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Boston Marathon called off for first time in 124-year history

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The Boston Marathon has been canceled for the first time in the race’s 124-year history in the wake of the global Covid-19 pandemic.

In March, the 124th edition of the race was postponed from April 20 until September 14 by the Boston Athletic Association. But the event has now been officially called off due to the ongoing health crisis.

About 30,000 people run the Boston Marathon each year, while around 1m spectators line the 26.2-mile course. The event brings in approximately $211m to the city’s economy each year and raises $40m for charities.

Participants have been given the opportunity to take part instead in a virtual Boston Marathon, which can be run any time between September 7–14. Athletes will be required to complete the 26.2 mile distance within six hours and provide proof of timing. All finishers of the virtual race will receive an official race program, participant T-shirt, medal, and runner’s bib.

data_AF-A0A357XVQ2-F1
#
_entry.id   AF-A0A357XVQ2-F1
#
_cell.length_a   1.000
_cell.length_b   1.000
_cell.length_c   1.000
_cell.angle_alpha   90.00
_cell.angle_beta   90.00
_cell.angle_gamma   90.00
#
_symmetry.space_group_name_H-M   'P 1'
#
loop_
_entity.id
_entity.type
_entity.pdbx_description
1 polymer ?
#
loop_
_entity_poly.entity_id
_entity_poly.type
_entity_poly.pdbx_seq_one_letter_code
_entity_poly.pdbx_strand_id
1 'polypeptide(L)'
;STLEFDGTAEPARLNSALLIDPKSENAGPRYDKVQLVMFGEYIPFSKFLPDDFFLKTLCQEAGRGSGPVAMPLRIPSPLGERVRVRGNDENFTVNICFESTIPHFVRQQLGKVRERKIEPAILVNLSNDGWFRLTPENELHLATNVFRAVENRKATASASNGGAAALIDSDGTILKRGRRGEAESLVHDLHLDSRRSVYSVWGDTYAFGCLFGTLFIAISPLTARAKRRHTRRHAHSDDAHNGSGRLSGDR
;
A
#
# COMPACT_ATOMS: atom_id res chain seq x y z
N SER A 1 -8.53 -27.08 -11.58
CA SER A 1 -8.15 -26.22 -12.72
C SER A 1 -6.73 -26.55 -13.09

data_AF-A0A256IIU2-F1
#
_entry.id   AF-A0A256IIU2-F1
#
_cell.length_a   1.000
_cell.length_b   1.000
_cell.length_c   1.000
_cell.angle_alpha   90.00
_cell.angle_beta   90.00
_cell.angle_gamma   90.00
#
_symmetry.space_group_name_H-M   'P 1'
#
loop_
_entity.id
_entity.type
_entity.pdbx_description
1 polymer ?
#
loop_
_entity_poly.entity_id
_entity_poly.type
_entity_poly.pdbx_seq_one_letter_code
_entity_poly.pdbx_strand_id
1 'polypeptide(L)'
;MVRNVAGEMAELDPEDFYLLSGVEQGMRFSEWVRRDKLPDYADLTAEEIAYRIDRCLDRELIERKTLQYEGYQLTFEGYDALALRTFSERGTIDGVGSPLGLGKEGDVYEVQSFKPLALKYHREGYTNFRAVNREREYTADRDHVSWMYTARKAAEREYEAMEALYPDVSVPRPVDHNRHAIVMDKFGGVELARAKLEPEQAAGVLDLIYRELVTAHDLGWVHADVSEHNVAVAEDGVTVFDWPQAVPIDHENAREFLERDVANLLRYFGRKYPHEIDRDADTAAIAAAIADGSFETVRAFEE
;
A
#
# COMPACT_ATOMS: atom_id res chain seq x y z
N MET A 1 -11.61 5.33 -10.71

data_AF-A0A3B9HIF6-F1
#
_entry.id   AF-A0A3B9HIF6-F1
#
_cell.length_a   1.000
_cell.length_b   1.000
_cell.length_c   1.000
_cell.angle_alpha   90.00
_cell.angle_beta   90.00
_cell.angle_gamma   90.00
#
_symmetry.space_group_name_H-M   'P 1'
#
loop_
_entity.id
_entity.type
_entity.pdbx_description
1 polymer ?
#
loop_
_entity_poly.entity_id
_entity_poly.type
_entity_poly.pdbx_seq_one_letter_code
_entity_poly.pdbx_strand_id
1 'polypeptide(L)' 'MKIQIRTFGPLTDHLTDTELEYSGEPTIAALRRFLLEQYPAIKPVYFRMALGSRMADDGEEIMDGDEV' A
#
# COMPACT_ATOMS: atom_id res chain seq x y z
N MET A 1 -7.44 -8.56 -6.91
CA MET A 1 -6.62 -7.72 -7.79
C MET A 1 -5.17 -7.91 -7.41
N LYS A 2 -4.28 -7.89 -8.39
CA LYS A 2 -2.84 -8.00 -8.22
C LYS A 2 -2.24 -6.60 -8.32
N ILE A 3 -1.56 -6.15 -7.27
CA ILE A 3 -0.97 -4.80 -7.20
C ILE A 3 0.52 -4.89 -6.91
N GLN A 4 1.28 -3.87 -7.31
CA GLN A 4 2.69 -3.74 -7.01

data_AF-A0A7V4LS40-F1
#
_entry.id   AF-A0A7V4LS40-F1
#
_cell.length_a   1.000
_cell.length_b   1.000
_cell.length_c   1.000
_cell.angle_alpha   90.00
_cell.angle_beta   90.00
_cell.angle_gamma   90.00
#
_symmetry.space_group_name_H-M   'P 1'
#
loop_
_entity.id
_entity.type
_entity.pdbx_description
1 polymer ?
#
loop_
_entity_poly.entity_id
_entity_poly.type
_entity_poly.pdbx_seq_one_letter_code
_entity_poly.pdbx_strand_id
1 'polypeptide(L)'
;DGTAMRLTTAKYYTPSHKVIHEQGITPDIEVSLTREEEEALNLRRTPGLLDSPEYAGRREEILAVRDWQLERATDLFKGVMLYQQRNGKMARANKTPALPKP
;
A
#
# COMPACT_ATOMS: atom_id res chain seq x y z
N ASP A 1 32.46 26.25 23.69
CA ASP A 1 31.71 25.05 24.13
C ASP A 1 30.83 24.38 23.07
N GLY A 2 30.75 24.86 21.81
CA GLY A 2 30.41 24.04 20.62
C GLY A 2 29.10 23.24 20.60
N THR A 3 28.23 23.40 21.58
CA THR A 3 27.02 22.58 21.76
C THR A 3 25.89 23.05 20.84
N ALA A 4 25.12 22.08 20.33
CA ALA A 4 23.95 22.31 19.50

“While our goal and our hope is to make progress in containing the virus and recovering our economy, this kind of event would not be responsible or realistic on September 14 or any time this year,” Boston Mayor Marty Walsh tweeted.

“So instead, we’ll be joining and supporting the BAA in an alternative approach to the Marathon that allows runners to participate remotely, and allows all of us to celebrate the meaning this race has for our spirit, for our charities, and for our local economy,” Walsh said.

The London Marathon has been postponed until October 4 while it remains unclear when or if the Berlin Marathon will take place this year.